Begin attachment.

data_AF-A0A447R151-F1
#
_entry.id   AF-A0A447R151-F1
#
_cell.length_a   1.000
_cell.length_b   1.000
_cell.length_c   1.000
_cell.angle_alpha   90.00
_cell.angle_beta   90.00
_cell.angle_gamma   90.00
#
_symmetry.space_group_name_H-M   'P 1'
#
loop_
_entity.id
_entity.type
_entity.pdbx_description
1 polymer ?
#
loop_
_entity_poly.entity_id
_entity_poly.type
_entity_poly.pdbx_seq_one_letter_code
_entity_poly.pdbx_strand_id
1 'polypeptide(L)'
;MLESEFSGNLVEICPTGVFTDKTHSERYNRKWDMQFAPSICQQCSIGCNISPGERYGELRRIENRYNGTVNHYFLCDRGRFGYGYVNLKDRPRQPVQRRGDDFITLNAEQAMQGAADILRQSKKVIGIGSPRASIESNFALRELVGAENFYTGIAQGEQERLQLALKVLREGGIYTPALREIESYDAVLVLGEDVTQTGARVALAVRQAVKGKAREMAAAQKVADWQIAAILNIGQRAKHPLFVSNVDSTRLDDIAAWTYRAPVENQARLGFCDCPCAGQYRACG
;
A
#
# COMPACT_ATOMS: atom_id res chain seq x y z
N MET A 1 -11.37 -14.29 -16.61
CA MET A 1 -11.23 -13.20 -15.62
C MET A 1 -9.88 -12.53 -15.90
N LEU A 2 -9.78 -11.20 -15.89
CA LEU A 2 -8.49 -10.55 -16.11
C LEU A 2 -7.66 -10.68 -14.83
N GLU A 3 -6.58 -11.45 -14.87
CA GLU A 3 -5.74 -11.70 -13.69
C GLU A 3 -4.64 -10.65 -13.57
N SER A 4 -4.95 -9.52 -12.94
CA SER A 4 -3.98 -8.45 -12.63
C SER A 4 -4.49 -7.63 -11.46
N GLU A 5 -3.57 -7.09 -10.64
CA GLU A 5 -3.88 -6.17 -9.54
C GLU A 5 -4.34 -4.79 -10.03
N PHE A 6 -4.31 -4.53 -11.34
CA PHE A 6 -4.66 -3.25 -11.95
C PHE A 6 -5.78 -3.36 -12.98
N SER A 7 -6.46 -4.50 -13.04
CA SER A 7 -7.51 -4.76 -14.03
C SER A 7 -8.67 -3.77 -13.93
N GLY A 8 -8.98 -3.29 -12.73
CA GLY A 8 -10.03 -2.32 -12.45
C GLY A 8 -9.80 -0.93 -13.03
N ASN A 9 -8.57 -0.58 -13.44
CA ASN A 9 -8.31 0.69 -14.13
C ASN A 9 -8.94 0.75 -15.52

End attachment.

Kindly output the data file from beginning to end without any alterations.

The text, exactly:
data_AF-A0A447R151-F1
#
_entry.id   AF-A0A447R151-F1
#
_cell.length_a   1.000
_cell.length_b   1.000
_cell.length_c   1.000
_cell.angle_alpha   90.00
_cell.angle_beta   90.00
_cell.angle_gamma   90.00
#
_symmetry.space_group_name_H-M   'P 1'
#
loop_
_entity.id
_entity.type
_entity.pdbx_description
1 polymer ?
#
loop_
_entity_poly.entity_id
_entity_poly.type
_entity_poly.pdbx_seq_one_letter_code
_entity_poly.pdbx_strand_id
1 'polypeptide(L)'
;MLESEFSGNLVEICPTGVFTDKTHSERYNRKWDMQFAPSICQQCSIGCNISPGERYGELRRIENRYNGTVNHYFLCDRGRFGYGYVNLKDRPRQPVQRRGDDFITLNAEQAMQGAADILRQSKKVIGIGSPRASIESNFALRELVGAENFYTGIAQGEQERLQLALKVLREGGIYTPALREIESYDAVLVLGEDVTQTGARVALAVRQAVKGKAREMAAAQKVADWQIAAILNIGQRAKHPLFVSNVDSTRLDDIAAWTYRAPVENQARLGFCDCPCAGQYRACG
;
A
#
# COMPACT_ATOMS: atom_id res chain seq x y z
N MET A 1 -11.37 -14.29 -16.61
CA MET A 1 -11.23 -13.20 -15.62
C MET A 1 -9.88 -12.53 -15.90
N LEU A 2 -9.78 -11.20 -15.89
CA LEU A 2 -8.49 -10.55 -16.11
C LEU A 2 -7.66 -10.68 -14.83
N GLU A 3 -6.58 -11.45 -14.87
CA GLU A 3 -5.74 -11.70 -13.69
C GLU A 3 -4.64 -10.65 -13.57
N SER A 4 -4.95 -9.52 -12.94
CA SER A 4 -3.98 -8.45 -12.63
C SER A 4 -4.49 -7.63 -11.46
N GLU A 5 -3.57 -7.09 -10.64
CA GLU A 5 -3.88 -6.17 -9.54
C GLU A 5 -4.34 -4.79 -10.03
N PHE A 6 -4.31 -4.53 -11.34
CA PHE A 6 -4.66 -3.25 -11.95
C PHE A 6 -5.78 -3.36 -12.98
N SER A 7 -6.46 -4.50 -13.04
CA SER A 7 -7.51 -4.76 -14.03
C SER A 7 -8.67 -3.77 -13.93
N GLY A 8 -8.98 -3.29 -12.73
CA GLY A 8 -10.03 -2.32 -12.45
C GLY A 8 -9.80 -0.93 -13.03
N ASN A 9 -8.57 -0.58 -13.44
CA ASN A 9 -8.31 0.69 -14.13
C ASN A 9 -8.94 0.75 -15.52